“To the Publishers of the Boston Evening-Post.
Here stood her Opium, here she nursed her Owls,
And here she plann’d the imperial Seat of Fools.
When the True Patriot considers the benevolent dispositions and most respectable characters of the worthy triumvirate that have been pleased to treat him with an inundation of grub-street and ribaldry in the public papers of the 5th instant, he cannot help smiling – What better language or reasoning could be expected form Hyperion, Libermoriturus, and Conscius Recti.* – It’s true there was one Determinatus that belonged to this Junto, but he it is supposed is rendered incapable of further service (being struck with a dead palsy on the 28th day of September) shall therefore put him out of the question; and only have an eye to this most respectable triumvirate, who do not scruple to prostitute Holy Writ (by detached pieces) to answer their licentious purposes.
The True Patriot has not the least inclination or intention to indulge spleen or resentment against those respectable gentlemen; that would be condescending to become what me most thoroughly despises in them; nor does he think it by any means necessary to call such scurvy materials to his assistance; as he does not apprehend that all their elocution will ever be sufficient to work the minds of the people to a repetition of any extravagance, in opposition to the mother-country. – Nor is he a little pleased to find that his two publications have raised the apprehensions of those gentlemen – he is by no means surprised they should be thus highly alarmed; as every man of sense must know, that the vary essence of the British constitution to conceive the most distant thoughts (excepting always those of the triumvirate) that Britons who (to a man) detest the very name of slavery, should once think of governing their colonies by any other method, than that of the full enjoyment of the same liberty themselves so highly prize. Away then, my countrymen, with those imaginary notions of chains and slavery, so extravagantly banded about my those turbulent men; we have nothing so much to complain of as the indiscreet conduct of those people; who have undoubtedly filled the minds of the most considerable people in Great-Britain with jealousy and distrust, and put them upon schemes to keep us from attempting independency, a thought that I am convinced never in fact ever entered the hearts of loyal Americans; tho’ strongly hinted to and urged upon them by this triumvirate.
Let us now examine what real cause those gentry have for such extravagant murmuring – there is no new internal taxation imposed on them, therefore it cannot come into dispute, and assuredly they cannot pretend to dispute the rights of an external one; as that is a point that has been given up these many years, by all the colonies in America; particularly during the dispute of the stamp-act: Where then are all those chains, and this slavery, so artfully turned and twisted by my very good friends – It seems they don’t like the thoughts of Great-Britain’s paying their officers (salaries, independent of the people) – but were they to be asked the reason why, I dare say it would puzzle them to give a good one; as it is evidently for the advantage of America to have those sums that are thus raised, distributed to and expended by the officers of the crown, rather than sent away to Great-Britain (as has been the custom) in specie, from the different custom-houses on the continent – the great detriment of such a practice must appear evident to every man that chuses to see – then I would ask this triumvirate, if those things be true, which they most certainly are – how are we ruined.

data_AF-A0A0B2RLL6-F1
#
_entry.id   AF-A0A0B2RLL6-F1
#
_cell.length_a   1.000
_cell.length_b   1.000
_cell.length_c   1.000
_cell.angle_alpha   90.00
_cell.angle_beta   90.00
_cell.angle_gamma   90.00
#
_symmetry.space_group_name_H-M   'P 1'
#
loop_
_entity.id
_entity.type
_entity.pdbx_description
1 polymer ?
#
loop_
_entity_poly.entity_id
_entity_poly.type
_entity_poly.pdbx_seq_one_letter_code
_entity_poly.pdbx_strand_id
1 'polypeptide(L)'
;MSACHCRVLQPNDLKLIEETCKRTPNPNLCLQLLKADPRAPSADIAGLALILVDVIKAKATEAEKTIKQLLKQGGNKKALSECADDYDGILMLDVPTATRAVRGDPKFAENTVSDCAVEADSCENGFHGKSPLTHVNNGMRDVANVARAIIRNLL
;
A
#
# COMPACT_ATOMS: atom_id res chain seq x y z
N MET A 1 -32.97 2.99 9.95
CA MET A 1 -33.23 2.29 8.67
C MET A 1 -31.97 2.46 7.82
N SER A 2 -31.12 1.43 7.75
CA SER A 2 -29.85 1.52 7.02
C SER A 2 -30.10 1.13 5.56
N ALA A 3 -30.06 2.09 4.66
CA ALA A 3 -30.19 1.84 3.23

A true Patriot. Swanzey, Octob. 14. 1767.
* The Publishers have omitted an Explanation of these Characters, as they can assure the True-Patriot that he is mistaken, at least with regard to two of them. – The other was not in this Paper.”
Source: Boston Evening-Post, October 19, 1767, issue 1673, p. 1
Commentary: The flowery and sarcastic Loyalist writer styling himself A true Patriot, Swanzey continues to blast away at Whig objections to the Townshend Duties. Here he argues that payment of customs officials from the new import duties would actually benefit America because those hard money, specie salaries would be spent locally versus gravitating to the colonial mother country.
Note that the editor of the Boston Evening-Post, though allowing space and apparent sympathy to this Loyalist writer, plays coyly in the footnote with identifying the pseudonyms of the writer and those he criticizes. This wicked fun, apparently copied from English newspapers, was the style of the time. Presumably it tickled readers and prompted tavern discussion.
How long will Joseph Warren be quiet in context of A true Patriot, Swanzey’s convoluted and sarcastic arguments?